You haven’t provided enough information to help you. At a minimum we should know your approximate household income, your approximate annual expenses, your mortgage/home info (value, size of loan, rate/length of loan), your family situation, your ages, and what your goals are. Also what retirement accounts you have available through work?

        When I finished residency we also had negligible loans. We immediately maxed out two 403bs (one for me, one for her) and two IRAs (non-deductible, converted via backdoor Roth IRA later), and then saved as much as possible in taxable accounts. We “lived like a resident” for about 5-7 years.
        Click to expand...


        Thank you! Sorry for minimal info, again, relatively new to all this.

         

        Combined salary (wife and myself) ~400K

        Yearly expenses - minimal/standard (also continuing to live like a resident as long as possible)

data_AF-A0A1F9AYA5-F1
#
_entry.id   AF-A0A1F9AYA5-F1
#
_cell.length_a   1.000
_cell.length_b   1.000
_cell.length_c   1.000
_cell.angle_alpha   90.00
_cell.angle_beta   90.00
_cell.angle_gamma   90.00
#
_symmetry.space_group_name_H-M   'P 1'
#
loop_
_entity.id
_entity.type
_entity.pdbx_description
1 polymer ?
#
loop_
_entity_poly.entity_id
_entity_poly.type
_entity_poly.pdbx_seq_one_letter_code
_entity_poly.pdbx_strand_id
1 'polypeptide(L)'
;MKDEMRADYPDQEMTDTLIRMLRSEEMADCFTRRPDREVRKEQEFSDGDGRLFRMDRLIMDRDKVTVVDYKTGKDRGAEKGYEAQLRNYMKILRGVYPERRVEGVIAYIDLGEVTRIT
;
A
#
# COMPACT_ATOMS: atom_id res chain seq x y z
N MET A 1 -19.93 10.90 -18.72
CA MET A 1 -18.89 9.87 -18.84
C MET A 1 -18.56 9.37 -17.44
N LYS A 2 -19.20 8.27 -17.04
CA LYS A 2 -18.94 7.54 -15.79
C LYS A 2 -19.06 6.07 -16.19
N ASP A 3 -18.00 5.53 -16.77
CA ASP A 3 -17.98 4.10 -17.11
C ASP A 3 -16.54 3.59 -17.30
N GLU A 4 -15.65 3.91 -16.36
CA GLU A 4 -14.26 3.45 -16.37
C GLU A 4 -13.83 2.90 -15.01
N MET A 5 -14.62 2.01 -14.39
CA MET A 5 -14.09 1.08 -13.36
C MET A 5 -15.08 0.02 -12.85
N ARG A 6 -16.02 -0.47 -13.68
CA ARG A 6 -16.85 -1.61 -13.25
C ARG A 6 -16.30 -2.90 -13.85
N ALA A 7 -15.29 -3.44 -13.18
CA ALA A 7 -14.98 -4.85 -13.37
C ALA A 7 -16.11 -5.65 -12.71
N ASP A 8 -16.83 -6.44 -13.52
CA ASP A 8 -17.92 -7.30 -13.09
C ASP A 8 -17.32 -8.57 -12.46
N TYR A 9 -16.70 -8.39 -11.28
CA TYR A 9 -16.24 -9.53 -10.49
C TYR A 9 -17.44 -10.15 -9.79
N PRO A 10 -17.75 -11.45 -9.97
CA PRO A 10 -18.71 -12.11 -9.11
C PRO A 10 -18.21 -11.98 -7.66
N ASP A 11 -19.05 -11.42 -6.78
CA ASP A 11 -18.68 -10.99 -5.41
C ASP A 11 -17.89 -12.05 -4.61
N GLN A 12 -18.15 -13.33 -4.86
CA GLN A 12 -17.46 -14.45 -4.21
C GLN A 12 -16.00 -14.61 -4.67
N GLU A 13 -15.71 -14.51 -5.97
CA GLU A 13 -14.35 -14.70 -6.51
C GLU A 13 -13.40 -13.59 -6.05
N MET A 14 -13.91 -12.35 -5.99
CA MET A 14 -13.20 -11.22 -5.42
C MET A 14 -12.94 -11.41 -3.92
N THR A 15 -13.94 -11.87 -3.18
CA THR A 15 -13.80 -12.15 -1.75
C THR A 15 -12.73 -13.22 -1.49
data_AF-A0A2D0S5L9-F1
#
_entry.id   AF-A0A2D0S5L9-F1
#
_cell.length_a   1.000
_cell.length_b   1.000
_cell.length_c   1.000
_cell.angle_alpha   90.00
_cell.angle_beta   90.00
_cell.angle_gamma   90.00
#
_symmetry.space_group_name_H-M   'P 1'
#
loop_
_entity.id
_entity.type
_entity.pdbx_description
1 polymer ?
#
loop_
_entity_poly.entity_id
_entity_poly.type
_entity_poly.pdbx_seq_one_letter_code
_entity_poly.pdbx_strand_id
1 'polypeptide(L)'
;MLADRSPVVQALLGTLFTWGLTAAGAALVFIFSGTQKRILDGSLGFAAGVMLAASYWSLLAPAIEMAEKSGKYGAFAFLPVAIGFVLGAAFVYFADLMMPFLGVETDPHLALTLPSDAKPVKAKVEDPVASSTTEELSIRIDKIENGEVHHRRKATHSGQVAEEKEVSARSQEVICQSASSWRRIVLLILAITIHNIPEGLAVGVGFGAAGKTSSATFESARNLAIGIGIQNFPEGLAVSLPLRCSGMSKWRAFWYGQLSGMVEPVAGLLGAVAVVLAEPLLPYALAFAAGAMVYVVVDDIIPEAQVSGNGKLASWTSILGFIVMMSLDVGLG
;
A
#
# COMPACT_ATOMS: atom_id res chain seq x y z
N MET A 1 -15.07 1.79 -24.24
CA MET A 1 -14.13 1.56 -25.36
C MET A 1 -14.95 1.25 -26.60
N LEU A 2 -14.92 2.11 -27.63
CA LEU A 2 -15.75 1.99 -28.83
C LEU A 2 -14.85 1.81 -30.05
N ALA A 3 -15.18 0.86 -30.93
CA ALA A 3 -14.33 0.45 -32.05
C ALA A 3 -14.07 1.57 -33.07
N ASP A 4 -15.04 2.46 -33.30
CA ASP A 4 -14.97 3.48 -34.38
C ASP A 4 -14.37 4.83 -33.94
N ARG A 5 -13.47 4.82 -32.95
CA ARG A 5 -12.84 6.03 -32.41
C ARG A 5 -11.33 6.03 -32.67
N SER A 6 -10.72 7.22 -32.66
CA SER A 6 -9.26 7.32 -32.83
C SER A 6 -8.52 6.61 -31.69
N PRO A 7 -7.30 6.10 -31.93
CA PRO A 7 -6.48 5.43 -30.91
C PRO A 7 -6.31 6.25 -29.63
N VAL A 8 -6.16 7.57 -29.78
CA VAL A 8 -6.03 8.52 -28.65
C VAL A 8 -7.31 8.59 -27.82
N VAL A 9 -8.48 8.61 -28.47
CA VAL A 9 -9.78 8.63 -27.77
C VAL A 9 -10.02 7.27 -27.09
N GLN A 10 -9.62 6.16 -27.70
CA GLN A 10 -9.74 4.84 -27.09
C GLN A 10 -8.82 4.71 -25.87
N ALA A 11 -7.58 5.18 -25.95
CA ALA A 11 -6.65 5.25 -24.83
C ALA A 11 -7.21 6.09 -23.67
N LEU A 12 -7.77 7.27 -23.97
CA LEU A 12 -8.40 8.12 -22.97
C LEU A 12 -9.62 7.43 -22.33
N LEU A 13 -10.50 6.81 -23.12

Ages - in early 30's

        Family - married healthy couple with plan for children in near future

        House - don't have the info with me at the moment, but would estimate we've paid off about 1/3 of a 200K home.

        Goals - a lot of people ask this but never quite sure how to answer it. To live comfortably in retirement, maybe in the late 50's?

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        • #5
          It sounds like you plan to have modest expenses for a while, which is good. Once kids come expenses tend to rise. We stopped living entirely like residents once our second kid arrived and the first one entered day care.